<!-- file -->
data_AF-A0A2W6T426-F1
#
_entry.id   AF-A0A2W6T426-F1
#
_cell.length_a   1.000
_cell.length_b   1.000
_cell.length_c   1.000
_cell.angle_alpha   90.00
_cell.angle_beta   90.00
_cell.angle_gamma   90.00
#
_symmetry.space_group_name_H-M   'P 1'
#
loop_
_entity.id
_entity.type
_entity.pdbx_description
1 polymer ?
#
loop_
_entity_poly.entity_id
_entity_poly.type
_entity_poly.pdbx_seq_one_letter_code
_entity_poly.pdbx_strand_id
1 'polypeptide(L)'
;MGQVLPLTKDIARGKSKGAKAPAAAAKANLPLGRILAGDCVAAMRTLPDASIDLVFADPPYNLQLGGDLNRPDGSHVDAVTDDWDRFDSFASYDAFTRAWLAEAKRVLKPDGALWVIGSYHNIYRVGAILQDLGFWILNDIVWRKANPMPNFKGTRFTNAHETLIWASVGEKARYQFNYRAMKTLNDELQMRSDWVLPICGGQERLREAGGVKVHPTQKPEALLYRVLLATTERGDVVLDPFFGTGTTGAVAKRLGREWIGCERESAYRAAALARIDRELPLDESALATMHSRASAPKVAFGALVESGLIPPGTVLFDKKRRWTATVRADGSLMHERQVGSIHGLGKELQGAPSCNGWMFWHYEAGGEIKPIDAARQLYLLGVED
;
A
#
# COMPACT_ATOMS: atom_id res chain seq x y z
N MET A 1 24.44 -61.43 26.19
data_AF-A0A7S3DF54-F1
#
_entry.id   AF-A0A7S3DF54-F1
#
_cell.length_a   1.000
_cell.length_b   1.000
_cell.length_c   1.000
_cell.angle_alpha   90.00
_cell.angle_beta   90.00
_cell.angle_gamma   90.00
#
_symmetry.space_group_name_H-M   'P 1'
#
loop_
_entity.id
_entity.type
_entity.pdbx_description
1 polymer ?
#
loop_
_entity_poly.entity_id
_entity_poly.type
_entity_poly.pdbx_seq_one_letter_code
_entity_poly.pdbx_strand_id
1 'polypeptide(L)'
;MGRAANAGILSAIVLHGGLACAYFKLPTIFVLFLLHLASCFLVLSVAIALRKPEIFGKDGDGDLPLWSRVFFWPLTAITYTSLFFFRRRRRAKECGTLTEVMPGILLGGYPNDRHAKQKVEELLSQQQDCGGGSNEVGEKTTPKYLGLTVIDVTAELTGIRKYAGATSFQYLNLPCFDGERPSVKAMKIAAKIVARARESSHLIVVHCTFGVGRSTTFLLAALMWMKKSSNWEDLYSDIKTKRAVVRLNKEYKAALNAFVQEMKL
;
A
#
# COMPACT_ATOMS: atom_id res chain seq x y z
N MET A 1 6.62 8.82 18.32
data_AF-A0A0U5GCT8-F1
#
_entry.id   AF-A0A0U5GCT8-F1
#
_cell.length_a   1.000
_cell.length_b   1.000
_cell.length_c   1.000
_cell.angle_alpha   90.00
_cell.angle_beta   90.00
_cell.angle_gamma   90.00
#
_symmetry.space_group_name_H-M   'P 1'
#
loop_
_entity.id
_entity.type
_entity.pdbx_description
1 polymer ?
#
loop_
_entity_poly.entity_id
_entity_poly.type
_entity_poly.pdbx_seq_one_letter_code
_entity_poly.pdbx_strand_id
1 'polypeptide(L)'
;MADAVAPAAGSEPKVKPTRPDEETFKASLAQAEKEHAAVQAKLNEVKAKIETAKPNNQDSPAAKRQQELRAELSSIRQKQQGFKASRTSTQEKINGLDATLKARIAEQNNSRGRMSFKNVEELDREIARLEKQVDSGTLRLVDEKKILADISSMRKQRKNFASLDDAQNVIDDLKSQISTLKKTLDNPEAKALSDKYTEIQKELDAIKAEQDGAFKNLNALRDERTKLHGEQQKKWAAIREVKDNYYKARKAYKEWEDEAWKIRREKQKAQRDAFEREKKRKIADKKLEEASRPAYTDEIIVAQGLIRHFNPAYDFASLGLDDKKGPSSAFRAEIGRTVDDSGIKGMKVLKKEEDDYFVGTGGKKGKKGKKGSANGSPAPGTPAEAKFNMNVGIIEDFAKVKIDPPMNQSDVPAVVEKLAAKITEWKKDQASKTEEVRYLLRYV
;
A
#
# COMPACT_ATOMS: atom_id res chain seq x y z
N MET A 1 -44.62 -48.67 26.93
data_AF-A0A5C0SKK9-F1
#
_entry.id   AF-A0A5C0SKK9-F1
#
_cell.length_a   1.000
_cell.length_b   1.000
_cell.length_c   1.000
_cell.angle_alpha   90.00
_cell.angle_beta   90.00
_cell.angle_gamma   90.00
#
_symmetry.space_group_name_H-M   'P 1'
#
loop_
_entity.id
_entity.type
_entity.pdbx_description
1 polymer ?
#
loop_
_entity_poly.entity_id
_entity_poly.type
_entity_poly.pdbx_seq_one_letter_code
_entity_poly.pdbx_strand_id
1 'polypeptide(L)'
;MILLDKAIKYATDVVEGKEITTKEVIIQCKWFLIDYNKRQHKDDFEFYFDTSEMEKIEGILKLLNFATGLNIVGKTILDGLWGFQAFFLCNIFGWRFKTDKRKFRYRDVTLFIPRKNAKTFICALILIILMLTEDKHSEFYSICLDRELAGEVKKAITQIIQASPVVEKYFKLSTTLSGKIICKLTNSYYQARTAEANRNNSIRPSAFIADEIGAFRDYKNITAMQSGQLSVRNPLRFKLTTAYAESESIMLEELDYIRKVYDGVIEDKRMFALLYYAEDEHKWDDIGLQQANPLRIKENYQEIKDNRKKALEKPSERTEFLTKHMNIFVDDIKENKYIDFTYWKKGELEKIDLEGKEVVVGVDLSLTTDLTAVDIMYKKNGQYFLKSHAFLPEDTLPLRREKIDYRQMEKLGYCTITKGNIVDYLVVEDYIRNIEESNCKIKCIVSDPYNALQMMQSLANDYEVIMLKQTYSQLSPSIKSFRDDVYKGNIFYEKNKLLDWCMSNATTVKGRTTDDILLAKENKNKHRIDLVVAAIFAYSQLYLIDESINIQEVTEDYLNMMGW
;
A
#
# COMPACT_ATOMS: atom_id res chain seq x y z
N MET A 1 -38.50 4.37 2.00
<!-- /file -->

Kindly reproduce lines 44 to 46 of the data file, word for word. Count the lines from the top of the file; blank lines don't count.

#
loop_
_entity.id